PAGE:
Thursday, March 01, 2007

Between A Rock and A Prada Place

It's not polite to speak of money, you know. Or so the motto of the wealthy and cultured goes. What that statement really translates to is the following: It's not polite to talk about money with people who have less than you. It's not polite to talk about specific amounts of money. It's not polite to speak of how much money you make, how much something cost or how much money you lost in the market. It is, however, acceptable to discuss with people who have roughly the same amount as money as you people who have much more money than you. For instance, it's acceptable to talk with X, who is in the same bracket as you, how much Y, who is on the Forbes list, paid for his Palm Beach house. In other words, it's fine for millionaires to speak about billionaires, but it's not okay for billionaires or millionaires to talk about those who have substantially less than they do. That would be crass.

I've always divided the wealthy—again, rich is simply not an acceptable word—into a few categories. There are the uber-wealthy; the $500 million+ group. There are the very wealthy; the $100-$500 million group. Then there are the wealthy; $10-100 million. And finally, the well-off set; $10 to a $5 million. I am as usual just expressing my own opinions, which are naturally colored by my own limited, sheltered experiences.

My point with all this is multifaceted. The progeny of the very wealthy typically have trust funds and therefore, even if they do choose to work, don't really have much to worry about.

But many children of merely wealthy or well off people, do not typically have trust funds, and thus, though they may be extremely spoiled, are always dependent on mommy, daddy, husband or wife. As this relates to me, again without speaking of money per say—because that would be impolite—this puts me in a precarious position.

I have always been impossibly spoiled, since I was born, first by my grandparents and later my parents, mainly my mom, because she controlled the money. I never wanted for anything; I had a clothing allowance at age 11; by age 16 I was shopping exclusively in New York and wearing only designer clothes. I was, and still am, crazy. At 31, I have more jewelry and designer clothes and accessories than most 50-yea-olds. And please don't get me wrong, I know this is sick.

Herein lies the problem—yes, I am a spoiled girl, er, woman. Yet I am not independent, precisely because I have always been so spoiled and have never had to be independent. My parents have always paid my rent, even when I worked full-time. In our defense, working full-time in New York does not pay the rent on an Upper East Side apartment.

So now at 31 I am crippled by the fact that I only know the finest things in life and that certainly isn't changing at this late point. Is it reasonable to expect me to go from Bergdorf's to H&M? No, frankly, it's not. Am I proud of what I have turned into? Noooo. The only thing I ever wanted was to be successful and independently wealthy. Yet my family are not Forbeses, meaning Daddy doesn't have the power to call up the CEO of Conde and get me a job. Nor do I have a trust fund to invest my own money in a business. And of course, there is the misconception that just because I am spoiled that I do not want to work or would not be a good worker, which could not be further from the truth. I am passionate about magazines, fashion, travel, accessories, editing and writing. And if I were offered a job at a magazine I respected, I would take it, regardless of salary.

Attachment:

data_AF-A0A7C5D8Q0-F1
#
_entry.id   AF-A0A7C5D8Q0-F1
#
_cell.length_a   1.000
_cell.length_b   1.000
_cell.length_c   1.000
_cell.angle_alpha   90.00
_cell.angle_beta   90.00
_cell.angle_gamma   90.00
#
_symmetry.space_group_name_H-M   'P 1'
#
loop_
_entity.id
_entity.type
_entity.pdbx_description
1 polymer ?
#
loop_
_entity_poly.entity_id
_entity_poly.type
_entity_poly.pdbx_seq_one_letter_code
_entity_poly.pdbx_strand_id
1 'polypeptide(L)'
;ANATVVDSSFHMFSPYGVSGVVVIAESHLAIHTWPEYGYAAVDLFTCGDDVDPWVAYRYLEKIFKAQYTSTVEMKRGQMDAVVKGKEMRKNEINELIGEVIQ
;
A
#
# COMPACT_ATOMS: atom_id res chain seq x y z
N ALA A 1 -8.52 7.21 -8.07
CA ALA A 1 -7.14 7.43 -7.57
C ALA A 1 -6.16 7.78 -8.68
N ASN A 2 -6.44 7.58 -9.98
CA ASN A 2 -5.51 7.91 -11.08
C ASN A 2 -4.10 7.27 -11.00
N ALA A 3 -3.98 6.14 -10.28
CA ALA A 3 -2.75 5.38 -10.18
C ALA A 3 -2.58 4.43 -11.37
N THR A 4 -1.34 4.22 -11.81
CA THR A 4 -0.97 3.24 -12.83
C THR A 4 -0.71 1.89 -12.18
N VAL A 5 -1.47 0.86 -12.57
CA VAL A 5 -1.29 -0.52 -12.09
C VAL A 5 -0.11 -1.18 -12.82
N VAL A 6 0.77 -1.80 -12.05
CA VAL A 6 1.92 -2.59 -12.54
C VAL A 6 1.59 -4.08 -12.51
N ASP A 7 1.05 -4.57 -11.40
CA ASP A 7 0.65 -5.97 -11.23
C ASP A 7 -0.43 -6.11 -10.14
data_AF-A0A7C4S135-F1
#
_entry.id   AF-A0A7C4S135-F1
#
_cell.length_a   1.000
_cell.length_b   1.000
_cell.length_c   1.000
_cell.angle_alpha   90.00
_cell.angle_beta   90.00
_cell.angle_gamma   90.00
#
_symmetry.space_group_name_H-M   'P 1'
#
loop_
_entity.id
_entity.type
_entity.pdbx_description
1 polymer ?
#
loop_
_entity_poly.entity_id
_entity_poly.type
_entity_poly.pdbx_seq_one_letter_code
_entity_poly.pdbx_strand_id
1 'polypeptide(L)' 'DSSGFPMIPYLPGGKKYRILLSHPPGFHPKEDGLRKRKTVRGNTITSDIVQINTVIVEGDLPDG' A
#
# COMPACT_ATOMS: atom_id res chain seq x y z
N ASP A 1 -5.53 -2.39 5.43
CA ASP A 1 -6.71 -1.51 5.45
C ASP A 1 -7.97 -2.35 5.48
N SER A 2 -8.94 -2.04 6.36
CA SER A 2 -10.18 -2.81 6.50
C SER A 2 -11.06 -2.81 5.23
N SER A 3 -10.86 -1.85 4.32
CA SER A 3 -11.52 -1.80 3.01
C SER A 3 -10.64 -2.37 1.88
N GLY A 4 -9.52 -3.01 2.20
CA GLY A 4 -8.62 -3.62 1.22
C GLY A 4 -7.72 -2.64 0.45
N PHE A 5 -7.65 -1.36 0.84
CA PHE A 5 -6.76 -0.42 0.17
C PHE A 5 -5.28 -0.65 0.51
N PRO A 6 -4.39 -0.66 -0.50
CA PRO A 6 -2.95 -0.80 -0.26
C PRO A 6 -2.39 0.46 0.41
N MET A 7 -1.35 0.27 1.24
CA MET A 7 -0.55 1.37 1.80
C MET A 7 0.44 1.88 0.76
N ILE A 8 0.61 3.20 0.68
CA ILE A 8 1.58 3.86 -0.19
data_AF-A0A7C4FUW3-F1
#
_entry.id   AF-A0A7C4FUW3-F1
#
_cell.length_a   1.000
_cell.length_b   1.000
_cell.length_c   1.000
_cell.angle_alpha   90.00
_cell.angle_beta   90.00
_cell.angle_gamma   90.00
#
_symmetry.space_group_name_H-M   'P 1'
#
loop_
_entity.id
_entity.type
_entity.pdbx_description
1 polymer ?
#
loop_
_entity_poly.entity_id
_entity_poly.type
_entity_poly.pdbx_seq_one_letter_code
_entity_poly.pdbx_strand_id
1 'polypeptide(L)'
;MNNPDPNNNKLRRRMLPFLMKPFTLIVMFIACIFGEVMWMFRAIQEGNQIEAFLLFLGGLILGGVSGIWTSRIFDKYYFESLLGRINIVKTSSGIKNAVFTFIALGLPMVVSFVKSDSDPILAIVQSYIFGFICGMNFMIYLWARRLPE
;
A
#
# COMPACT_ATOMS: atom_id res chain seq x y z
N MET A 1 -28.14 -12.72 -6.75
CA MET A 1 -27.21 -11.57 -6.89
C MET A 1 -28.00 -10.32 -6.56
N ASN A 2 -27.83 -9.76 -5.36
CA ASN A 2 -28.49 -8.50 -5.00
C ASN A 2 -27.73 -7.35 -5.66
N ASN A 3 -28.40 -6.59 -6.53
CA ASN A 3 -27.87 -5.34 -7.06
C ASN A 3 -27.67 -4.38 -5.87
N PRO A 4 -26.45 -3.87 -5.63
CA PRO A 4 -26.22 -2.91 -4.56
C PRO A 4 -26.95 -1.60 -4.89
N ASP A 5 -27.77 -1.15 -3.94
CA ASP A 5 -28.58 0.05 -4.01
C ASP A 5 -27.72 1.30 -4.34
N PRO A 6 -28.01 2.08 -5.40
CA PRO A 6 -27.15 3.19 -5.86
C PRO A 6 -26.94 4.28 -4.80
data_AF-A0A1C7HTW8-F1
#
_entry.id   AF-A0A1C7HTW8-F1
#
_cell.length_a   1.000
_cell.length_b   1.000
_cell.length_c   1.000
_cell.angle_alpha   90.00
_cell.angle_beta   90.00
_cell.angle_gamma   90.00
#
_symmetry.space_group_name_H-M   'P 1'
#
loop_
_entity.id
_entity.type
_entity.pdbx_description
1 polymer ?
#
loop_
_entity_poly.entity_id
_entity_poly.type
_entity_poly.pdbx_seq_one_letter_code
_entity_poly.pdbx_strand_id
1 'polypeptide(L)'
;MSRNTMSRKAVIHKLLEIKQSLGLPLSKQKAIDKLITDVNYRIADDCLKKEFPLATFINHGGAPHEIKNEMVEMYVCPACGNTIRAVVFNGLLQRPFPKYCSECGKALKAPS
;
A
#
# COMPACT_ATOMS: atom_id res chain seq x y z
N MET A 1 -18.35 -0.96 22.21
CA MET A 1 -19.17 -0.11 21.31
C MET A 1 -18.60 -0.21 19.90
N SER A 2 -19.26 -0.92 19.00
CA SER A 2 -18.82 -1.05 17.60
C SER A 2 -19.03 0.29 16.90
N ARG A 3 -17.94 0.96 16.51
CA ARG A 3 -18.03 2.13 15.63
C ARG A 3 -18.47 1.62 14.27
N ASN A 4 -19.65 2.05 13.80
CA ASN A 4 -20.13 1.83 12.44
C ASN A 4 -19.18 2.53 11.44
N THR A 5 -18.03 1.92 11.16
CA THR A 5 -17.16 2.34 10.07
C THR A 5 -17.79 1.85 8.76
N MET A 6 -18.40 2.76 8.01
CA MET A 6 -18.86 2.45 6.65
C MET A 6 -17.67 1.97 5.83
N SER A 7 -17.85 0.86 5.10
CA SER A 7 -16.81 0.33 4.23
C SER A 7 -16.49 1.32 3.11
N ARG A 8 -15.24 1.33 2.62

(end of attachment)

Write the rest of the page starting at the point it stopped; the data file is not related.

My point with all of this is that when you are raised as I was and you are 31 and you find yourself without a job and without your own money but with a closetful of designer clothes what do you do? You could do what you have always done—the immature thing—move to yet another city, have your parents get you another apartment while you fruitlessly look for a job. Or you could do the mature (yet completely pathetic and humiliating) thing—you could move home, live rent-free, look for jobs, get your shit together, write and save your very generous parents some money. And live a little more guilt free. So I'm sacrificing my pride—I can't believe my life has come to being single, 31 and living at home in a city I loathe—to save my parents $2000 a month.

Another point with all of this is that if you are going to be the kind of parent who spoils your kids to their hearts' content, please make sure that you will be able to do this for the rest of their lives. Give them a trust fund; some independence; a business to run; something. Because if you don't, they will turn out like me: a spoiled, ne'er do well crippled by her privileged, pampered existence.